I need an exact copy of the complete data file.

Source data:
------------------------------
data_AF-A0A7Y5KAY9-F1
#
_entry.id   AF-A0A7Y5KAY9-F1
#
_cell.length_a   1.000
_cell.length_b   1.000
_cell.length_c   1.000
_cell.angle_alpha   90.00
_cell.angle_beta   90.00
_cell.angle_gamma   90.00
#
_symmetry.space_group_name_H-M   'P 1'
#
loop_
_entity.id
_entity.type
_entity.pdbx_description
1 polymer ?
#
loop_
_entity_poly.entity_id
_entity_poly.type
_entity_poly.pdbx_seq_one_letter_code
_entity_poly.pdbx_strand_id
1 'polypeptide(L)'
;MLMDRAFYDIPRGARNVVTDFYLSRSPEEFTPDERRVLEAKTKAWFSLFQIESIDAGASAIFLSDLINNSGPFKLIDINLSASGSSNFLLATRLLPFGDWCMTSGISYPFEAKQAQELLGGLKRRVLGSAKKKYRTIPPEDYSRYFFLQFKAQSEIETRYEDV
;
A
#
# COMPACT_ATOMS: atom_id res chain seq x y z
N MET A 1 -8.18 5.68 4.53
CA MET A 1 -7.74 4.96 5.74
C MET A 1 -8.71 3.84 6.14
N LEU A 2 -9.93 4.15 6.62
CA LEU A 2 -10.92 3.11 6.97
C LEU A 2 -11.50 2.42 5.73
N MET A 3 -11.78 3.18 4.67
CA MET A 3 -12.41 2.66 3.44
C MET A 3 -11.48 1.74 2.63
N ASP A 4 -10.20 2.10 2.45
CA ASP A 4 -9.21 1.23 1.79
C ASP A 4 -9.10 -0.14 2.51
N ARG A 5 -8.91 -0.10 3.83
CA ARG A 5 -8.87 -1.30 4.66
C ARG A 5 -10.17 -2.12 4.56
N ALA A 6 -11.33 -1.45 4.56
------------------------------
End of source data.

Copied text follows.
data_AF-A0A7Y5KAY9-F1
#
_entry.id   AF-A0A7Y5KAY9-F1
#
_cell.length_a   1.000
_cell.length_b   1.000
_cell.length_c   1.000
_cell.angle_alpha   90.00
_cell.angle_beta   90.00
_cell.angle_gamma   90.00
#
_symmetry.space_group_name_H-M   'P 1'
#
loop_
_entity.id
_entity.type
_entity.pdbx_description
1 polymer ?
#
loop_
_entity_poly.entity_id
_entity_poly.type
_entity_poly.pdbx_seq_one_letter_code
_entity_poly.pdbx_strand_id
1 'polypeptide(L)'
;MLMDRAFYDIPRGARNVVTDFYLSRSPEEFTPDERRVLEAKTKAWFSLFQIESIDAGASAIFLSDLINNSGPFKLIDINLSASGSSNFLLATRLLPFGDWCMTSGISYPFEAKQAQELLGGLKRRVLGSAKKKYRTIPPEDYSRYFFLQFKAQSEIETRYEDV
;
A
#
# COMPACT_ATOMS: atom_id res chain seq x y z
N MET A 1 -8.18 5.68 4.53
CA MET A 1 -7.74 4.96 5.74
C MET A 1 -8.71 3.84 6.14
N LEU A 2 -9.93 4.15 6.62
CA LEU A 2 -10.92 3.11 6.97
C LEU A 2 -11.50 2.42 5.73
N MET A 3 -11.78 3.18 4.67
CA MET A 3 -12.41 2.66 3.44
C MET A 3 -11.48 1.74 2.63
N ASP A 4 -10.20 2.10 2.45
CA ASP A 4 -9.21 1.23 1.79
C ASP A 4 -9.10 -0.14 2.51
N ARG A 5 -8.91 -0.10 3.83
CA ARG A 5 -8.87 -1.30 4.66
C ARG A 5 -10.17 -2.12 4.56
N ALA A 6 -11.33 -1.45 4.56